A genre of my art which is very close to my heart is Black & White photography. A monotone photograph seems, in my opinion, to stand the test of time so much better than colour. Where colour is a fashion, whether it’s an HDR hyper realistic colour or a faded retro colour tone, it eventually will fall out of favour.
Ansel Adams’ Black & White landscapes are as relevant today as they were when he first created them but, more importantly, portraits in monotone of people more than 50 years ago are as ‘in fashion’ now as they were then. The absolute miracle of a black and white image is that it sets aside distractions like colour clashing, or colour distraction and pares the image down to the absolute essentials. The shapes, the textures, the tones – the essence.
There are different variations on the Black & White photograph, namely High Key images where the tones lean towards the highlights and the shadows are less significant except to define structure. It is very important in these images not to blow out the highlights. On the opposite end of the spectrum is the Low Key image which concentrates on the darks and uses the highlights to define the structure – typically a more dramatic image.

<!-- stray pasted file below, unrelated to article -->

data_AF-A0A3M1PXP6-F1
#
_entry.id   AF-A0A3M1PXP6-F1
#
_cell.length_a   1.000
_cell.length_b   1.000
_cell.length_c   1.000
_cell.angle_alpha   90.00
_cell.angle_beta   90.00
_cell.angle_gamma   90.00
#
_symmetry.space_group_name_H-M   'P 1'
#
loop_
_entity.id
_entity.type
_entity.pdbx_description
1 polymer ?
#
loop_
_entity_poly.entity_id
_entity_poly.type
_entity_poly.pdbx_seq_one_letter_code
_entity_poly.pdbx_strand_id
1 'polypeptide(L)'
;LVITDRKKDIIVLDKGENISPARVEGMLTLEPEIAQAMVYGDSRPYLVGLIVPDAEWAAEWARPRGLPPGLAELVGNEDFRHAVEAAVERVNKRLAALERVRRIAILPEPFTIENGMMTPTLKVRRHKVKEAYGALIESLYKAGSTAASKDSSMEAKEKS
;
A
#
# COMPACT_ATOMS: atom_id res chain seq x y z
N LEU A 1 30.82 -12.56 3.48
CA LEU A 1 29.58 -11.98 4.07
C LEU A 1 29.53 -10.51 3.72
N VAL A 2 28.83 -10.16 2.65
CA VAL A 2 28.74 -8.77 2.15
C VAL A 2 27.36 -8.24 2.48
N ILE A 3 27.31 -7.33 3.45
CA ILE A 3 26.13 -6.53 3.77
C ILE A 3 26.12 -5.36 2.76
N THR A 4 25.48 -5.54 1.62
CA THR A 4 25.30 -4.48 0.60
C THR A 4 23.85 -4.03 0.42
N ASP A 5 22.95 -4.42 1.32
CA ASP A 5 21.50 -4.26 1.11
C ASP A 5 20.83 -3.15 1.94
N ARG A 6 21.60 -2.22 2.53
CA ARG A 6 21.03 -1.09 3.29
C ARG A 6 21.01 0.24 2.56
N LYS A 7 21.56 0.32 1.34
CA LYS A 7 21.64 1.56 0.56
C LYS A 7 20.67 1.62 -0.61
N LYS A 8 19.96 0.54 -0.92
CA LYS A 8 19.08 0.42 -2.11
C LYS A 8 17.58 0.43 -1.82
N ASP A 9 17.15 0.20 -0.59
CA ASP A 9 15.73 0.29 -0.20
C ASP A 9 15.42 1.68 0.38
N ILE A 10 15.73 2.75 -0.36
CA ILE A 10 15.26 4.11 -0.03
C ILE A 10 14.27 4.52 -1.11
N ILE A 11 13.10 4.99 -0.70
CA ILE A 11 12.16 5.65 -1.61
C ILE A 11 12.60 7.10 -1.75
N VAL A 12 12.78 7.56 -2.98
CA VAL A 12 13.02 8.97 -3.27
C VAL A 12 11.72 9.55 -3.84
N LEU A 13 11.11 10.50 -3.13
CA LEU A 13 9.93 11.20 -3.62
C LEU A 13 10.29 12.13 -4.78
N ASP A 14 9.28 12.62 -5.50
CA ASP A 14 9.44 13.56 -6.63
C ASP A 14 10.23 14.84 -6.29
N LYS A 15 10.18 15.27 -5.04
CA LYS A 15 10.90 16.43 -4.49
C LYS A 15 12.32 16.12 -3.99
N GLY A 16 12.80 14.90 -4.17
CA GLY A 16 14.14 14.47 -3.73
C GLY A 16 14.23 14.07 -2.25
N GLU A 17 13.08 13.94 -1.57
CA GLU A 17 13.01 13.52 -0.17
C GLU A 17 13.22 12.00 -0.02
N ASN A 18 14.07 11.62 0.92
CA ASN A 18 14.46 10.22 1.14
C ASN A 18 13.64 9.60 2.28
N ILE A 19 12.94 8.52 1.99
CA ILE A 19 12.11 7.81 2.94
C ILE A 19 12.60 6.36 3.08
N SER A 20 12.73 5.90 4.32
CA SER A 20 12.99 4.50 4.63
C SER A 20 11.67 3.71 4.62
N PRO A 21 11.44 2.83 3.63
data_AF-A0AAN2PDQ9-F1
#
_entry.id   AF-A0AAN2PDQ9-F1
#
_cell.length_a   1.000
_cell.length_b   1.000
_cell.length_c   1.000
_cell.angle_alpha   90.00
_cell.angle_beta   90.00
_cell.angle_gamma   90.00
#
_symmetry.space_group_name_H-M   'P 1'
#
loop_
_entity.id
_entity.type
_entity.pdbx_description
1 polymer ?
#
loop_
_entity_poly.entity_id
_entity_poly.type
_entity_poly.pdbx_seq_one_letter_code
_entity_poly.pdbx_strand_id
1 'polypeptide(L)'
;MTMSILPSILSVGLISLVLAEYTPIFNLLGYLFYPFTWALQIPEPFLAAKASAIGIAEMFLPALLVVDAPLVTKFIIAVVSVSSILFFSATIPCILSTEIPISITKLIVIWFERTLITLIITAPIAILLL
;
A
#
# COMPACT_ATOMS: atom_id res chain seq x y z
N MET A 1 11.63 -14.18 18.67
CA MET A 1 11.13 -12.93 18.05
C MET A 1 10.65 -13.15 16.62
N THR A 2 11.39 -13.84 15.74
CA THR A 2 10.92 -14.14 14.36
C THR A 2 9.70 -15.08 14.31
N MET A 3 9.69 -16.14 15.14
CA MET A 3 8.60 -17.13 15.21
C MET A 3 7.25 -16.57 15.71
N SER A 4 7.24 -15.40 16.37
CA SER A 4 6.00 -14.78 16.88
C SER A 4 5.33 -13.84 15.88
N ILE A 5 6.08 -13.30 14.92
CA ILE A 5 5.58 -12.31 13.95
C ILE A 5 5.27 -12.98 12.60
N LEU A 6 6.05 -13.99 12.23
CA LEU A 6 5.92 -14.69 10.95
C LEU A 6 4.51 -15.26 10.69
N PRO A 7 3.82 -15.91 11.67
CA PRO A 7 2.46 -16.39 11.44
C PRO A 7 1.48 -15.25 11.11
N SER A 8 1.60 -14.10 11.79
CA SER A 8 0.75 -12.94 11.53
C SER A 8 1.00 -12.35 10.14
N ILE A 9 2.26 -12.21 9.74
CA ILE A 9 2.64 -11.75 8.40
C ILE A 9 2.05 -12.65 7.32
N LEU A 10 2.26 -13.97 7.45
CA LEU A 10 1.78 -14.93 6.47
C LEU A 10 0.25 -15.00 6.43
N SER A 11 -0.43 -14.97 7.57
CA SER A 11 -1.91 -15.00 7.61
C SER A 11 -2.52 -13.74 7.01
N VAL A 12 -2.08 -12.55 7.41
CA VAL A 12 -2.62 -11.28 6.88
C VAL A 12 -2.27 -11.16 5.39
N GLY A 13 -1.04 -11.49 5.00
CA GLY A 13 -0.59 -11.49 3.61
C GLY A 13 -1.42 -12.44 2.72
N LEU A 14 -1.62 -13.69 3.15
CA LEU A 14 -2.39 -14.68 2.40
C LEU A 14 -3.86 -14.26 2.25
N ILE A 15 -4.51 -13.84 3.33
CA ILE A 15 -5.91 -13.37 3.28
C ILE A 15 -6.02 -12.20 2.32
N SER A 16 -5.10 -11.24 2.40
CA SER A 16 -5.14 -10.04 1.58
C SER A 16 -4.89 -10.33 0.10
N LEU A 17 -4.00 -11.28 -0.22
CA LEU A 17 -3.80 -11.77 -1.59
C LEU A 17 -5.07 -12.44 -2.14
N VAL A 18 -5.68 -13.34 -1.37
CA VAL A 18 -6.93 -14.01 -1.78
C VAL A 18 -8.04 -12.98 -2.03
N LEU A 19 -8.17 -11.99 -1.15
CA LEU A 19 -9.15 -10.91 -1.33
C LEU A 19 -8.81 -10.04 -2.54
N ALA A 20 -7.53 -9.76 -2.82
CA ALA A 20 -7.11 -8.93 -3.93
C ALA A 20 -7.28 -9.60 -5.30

Oftentimes, photographers simply convert a photograph into grayscale and mistake this for true black and white. Ansel Adams (again!!) and Fred Archer formulated the Zone system in 1939/40 which has become the ‘ten commandments’ of Black & White photography. As relevant as it was to film exposure and development in 1939, it is still today in digital photography. Essentially, a good Black and White image should capture all 11 of the zones, ranging from pure white to pure black. When seen through this system, the difference between a desaturated image and a good black and white becomes very obvious.